The independent newspaper of the University of Iowa community since 1868

The Daily Iowan

The independent newspaper of the University of Iowa community since 1868

The Daily Iowan

The independent newspaper of the University of Iowa community since 1868

The Daily Iowan

With the heart of a lion 


By Courtney Baumann  |  [email protected]

Thomas Gilman and Terry Brands are similar people. Just don’t tell them that.

In fact, don’t try to compare them to anyone at all.

Side-by-side, the two don’t look a whole lot alike, except for their stature. Brands is an inch shorter than Gilman, but they’re about the same weight. Actually, they would make a good matchup — Brands wrestled at 126 when he attended Iowa, and Gilman is the team’s current 125-pounder.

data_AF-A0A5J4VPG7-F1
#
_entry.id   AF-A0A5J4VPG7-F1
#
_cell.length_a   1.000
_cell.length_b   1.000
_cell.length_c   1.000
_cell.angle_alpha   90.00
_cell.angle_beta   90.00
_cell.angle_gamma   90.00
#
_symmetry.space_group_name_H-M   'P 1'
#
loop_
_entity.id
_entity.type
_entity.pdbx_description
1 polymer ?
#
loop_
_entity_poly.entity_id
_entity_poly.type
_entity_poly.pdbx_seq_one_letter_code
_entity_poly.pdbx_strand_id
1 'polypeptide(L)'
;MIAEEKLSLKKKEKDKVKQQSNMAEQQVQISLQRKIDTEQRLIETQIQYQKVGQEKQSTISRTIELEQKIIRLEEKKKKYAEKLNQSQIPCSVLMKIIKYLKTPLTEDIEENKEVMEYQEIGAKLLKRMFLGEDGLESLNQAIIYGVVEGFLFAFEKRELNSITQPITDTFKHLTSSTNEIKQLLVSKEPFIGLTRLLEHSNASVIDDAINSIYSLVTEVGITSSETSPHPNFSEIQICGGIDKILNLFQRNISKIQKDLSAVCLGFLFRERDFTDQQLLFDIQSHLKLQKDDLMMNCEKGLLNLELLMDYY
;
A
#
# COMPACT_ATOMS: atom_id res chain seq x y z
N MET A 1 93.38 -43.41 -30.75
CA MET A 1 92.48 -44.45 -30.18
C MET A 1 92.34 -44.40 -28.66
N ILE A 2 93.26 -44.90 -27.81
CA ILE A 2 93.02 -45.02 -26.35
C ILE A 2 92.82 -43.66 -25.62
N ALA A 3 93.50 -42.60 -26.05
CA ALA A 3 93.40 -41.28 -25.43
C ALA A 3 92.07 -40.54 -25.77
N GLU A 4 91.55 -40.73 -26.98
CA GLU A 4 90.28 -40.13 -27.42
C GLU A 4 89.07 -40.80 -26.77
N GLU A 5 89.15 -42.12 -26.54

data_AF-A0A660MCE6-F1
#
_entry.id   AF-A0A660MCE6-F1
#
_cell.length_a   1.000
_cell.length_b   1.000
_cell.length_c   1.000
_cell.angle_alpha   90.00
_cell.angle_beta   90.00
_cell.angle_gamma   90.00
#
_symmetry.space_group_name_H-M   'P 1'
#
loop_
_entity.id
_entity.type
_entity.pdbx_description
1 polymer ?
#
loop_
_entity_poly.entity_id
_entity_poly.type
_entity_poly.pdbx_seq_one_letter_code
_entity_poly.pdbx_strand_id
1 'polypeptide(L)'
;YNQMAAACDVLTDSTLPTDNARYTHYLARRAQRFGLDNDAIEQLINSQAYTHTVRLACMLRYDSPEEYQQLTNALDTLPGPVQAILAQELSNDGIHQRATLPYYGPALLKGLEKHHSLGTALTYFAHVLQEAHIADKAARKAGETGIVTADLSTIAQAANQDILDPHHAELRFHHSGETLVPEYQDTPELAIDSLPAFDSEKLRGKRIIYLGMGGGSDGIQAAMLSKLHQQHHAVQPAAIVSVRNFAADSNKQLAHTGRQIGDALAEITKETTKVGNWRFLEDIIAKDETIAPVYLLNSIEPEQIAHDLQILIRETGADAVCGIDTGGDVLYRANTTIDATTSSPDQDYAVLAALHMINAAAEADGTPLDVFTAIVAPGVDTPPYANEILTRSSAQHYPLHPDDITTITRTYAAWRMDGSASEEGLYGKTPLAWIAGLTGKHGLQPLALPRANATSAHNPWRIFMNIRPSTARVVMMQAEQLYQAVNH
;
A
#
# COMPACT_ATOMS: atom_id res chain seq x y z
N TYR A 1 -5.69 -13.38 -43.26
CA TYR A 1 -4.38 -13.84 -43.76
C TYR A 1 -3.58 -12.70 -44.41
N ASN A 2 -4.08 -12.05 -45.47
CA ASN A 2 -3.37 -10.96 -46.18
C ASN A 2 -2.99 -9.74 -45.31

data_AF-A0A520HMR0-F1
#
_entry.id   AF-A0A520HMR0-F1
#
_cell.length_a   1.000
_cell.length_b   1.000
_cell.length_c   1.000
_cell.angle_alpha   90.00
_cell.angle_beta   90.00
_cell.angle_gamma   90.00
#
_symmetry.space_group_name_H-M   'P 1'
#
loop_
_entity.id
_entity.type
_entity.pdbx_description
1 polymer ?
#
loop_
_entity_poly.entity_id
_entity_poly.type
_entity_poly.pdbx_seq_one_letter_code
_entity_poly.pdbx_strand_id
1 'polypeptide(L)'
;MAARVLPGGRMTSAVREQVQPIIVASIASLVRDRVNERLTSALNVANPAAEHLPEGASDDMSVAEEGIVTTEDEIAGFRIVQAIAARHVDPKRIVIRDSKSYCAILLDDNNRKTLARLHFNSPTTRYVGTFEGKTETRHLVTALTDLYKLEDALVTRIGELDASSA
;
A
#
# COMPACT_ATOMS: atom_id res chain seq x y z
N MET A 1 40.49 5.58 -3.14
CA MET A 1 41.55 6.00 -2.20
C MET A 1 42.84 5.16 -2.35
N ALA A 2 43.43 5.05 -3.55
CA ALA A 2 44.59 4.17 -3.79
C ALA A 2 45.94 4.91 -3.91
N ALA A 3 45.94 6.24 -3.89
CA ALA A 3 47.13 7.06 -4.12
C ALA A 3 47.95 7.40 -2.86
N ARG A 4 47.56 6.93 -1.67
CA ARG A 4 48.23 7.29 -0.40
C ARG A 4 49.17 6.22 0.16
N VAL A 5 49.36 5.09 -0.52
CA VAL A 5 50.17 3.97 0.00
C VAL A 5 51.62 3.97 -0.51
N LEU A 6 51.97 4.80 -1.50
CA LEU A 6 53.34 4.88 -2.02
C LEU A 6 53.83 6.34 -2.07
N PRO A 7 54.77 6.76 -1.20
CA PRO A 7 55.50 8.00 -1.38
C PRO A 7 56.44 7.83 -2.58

Aside from the physical aspect, Gilman and Brands have mannerisms similar to each other. It is not unlikely to see either standing with legs slightly apart, hands on hips. Both have a firm grasp when shaking hands and will look you straight in the eye until you look away.

It’s not that they don’t notice their similarities — they do — but neither Gilman nor Brands, Iowa’s wrestling associate head coach, has ever compared himself with another person.

Instead, Brands rewrote the history books, which is exactly what his coach, Dan Gable, told him to do.

And Gilman is trying to do the same.

Gilman was an ornery child. He loved working and always wanted something to do with his hands. Hanging out on his grandparents’ farm was the perfect fit.

He did the jobs everyone else put off. He patched roofs, busted up concrete, and mended fences.

When he wasn’t on the farm, he wanted to wrestle. His father, Patrick, wrestled when he was younger and introduced his son to the sport when Thomas was 5.

After that experience, Gilman was hooked. Patrick said he never missed a practice.

One of Gilman’s coaches, Lou Mastey, said early on Gilman would be an Olympian someday.

In fifth grade, Terry and Tom Brands helped out on the farm of a family friend when he decided to teach the twin boys some wrestling moves. He showed them a cradle and a crossface, and he told the boys he would see them next week.